June 19th 1830
my reason for discharging william Moore <1> was in order to try and make him do better than he has done, I have taken him back again on friday, without knowing that he wrote to you, <2> untill <sic> I received your letter this morning had you been here I should not have done any such thing without first acquainting you of it. but it turned out so that I was obliged to do it at the time or else allow him to do what he thought proper –which I shall explain – Sir, before I came gardener to you the men had the key of the garden left out for them so that they might get in and set themselves to work whenever they came which never was at the proper time and so much the worse for me to break them of it this they told me and wanted me to leave the key for them as usual – but that I would not agree to – my time in the morning is half past five and I expect every man to be ready to go to work at six. this I have been long trying to manage without troubling you and I should not complain now only you desire to know and even now I cannot get them to be here in time
I then made a Rule that any man who was not here at six oclock I should stop a quarter of a day from him altho I said so still I paid them full time Moore comes to work at all hours 6. 7. 8 and 2 and then expect <sic> to be paid – on last monday morning he came here to work at a quarter before eight I then told him he might go and play untill breakfast time for he should not be paid for it. he went away and came at ten. advised by some of the rest to not mind what I should say as I dare not discharge any of them he then told me as I gave him a quarter he should take another I told him if he did he should not come to work here again. he said he did not care for that as he could live independent to this place with that he went away and spent that part of the day in the publick house and then came again at two oclock in very fit order to abuse me I told him then he might go about his business that I should have nothing more to do with him – by the independent manner in which he came to me I could not do otherwise with him without allowing him to be master and act as he pleased – but this you may rely upon that your work will never be properly attended to in your absence without the men were made acquainted that it lay in my power to discharge them if they do not do justice, not that I want to discharge any men the more for their knowing that– and I am the person to know whether they attend properly or no and there is no doubt but William Moore and all the rest will think, that I was obliged to employ him again on account of him writing to you and cause him and them to act more independently with me than before – and I think it was a very great liberty of Moore or any man in his station to write to a gentleman about me. and knowing his former conduct – it is great encouragement for all the rest to do the same. I employed Moore again on the condition that it would be owing to his future conduct how long he should be employed – I always allowed him twenty minutes in the morning when he carried an empty Hamper from Chippenham. <3> there is no man gives labouring men more justice than I do them. I should very <sic> thankful for an answer to know if you approve of what I have done & I have not forgot to gather the ivy berries – nor yet the mowing of the walks in inwood <4> as you may see by my journal I cannot put in any Honeysuckle cuttings before the autumn – untill the sap goes down I shall then put in a good many.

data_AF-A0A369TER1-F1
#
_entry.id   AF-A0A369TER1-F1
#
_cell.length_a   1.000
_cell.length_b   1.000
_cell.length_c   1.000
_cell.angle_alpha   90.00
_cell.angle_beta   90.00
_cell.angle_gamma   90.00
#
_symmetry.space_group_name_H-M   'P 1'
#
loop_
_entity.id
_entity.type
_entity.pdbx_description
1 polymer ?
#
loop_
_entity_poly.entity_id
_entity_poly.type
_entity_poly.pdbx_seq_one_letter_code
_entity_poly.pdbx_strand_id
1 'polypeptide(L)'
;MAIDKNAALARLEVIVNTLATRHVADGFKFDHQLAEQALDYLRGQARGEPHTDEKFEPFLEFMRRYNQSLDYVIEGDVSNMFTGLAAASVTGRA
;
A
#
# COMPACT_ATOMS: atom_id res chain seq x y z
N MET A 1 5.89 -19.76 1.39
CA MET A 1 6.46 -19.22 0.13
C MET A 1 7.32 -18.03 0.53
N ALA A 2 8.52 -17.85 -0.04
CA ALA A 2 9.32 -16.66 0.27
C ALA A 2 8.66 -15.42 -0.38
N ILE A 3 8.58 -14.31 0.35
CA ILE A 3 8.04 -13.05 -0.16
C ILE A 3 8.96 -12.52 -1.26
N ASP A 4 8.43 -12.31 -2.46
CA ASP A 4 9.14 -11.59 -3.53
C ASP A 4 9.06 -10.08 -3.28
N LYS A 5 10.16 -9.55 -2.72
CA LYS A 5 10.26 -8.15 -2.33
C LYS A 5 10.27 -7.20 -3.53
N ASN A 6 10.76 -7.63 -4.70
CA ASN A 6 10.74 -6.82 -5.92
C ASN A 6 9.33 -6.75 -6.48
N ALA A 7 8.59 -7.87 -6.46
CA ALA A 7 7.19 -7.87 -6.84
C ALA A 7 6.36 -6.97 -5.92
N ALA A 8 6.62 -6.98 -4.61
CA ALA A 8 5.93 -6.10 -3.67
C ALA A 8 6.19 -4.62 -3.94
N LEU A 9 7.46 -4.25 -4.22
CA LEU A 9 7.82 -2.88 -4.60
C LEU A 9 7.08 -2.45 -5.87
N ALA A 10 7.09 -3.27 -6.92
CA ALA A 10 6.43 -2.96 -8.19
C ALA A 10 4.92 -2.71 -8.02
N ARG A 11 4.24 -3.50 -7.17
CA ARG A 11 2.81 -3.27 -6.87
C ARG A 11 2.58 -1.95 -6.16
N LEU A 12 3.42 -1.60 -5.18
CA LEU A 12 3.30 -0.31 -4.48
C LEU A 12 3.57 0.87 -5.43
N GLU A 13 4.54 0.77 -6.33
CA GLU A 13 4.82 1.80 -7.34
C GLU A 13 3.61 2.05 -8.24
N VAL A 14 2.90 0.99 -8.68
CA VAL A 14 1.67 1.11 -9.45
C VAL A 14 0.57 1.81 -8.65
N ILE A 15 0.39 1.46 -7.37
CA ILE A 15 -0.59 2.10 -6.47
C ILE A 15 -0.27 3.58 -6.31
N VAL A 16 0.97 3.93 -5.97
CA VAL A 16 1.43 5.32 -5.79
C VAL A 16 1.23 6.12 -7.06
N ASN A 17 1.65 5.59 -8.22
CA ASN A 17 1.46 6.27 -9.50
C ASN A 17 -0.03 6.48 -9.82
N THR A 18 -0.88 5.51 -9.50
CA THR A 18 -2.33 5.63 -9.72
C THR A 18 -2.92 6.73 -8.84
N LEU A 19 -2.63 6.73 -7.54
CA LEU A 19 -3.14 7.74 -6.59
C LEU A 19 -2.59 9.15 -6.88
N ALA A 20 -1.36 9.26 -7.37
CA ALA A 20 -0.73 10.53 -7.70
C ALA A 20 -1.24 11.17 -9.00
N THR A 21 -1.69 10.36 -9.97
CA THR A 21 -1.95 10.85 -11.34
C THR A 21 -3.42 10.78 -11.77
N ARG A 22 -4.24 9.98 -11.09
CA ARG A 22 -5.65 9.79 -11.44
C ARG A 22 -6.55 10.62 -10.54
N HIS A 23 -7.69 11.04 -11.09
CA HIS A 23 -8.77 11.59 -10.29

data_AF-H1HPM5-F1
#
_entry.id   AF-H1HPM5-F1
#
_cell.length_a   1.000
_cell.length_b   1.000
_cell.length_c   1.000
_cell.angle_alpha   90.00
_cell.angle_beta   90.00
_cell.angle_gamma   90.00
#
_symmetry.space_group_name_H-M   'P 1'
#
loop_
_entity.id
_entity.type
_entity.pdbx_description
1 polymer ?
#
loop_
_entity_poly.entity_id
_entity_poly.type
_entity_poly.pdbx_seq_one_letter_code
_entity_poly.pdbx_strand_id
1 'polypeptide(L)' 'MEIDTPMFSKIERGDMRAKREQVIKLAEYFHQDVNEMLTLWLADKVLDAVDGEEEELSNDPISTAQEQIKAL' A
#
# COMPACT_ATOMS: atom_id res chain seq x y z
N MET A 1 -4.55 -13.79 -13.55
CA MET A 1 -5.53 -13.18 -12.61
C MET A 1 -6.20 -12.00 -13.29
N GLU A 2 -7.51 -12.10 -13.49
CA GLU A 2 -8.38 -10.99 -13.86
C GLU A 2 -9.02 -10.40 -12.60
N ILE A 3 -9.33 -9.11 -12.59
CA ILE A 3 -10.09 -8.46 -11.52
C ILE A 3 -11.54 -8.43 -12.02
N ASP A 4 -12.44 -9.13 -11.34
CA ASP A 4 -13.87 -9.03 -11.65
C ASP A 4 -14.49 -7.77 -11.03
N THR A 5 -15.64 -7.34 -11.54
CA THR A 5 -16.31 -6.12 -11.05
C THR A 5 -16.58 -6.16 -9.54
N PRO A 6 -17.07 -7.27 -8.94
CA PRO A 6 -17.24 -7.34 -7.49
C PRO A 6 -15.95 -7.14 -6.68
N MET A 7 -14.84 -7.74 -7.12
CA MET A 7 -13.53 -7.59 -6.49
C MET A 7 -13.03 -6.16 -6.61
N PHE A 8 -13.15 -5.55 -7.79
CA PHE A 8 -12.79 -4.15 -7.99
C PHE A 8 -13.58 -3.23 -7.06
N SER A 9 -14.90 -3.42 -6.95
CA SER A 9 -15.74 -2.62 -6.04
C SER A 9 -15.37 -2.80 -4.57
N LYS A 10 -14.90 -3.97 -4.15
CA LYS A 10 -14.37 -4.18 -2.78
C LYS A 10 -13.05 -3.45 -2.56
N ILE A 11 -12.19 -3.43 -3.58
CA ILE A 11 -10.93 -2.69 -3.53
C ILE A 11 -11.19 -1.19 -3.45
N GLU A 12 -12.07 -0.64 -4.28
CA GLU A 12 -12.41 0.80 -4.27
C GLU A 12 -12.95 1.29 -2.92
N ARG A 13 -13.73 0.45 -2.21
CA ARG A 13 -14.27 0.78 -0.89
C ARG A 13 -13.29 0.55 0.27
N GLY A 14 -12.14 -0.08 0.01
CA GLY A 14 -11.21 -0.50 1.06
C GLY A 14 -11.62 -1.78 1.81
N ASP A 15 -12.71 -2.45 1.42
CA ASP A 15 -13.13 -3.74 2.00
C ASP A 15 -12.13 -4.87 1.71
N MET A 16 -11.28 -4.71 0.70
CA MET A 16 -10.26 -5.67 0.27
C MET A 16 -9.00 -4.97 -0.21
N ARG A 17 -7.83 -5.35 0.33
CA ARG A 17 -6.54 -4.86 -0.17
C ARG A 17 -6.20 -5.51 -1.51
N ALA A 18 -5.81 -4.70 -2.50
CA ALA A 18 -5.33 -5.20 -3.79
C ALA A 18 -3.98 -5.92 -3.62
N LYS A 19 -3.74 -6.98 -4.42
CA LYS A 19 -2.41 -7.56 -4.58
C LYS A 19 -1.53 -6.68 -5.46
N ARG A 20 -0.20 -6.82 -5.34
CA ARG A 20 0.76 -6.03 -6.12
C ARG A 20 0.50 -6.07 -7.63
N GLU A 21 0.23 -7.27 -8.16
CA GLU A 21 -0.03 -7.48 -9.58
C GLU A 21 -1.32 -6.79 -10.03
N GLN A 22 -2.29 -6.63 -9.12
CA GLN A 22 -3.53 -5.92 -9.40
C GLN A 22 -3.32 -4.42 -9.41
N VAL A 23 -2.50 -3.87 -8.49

Your Obdt Huble Servt
1. William Moore, gardener's assistant at Lacock Abbey.
3. Chippenham, Wiltshire: largest town near Lacock, 3 miles N.
4. Inwood, near Lacock, Wiltshire.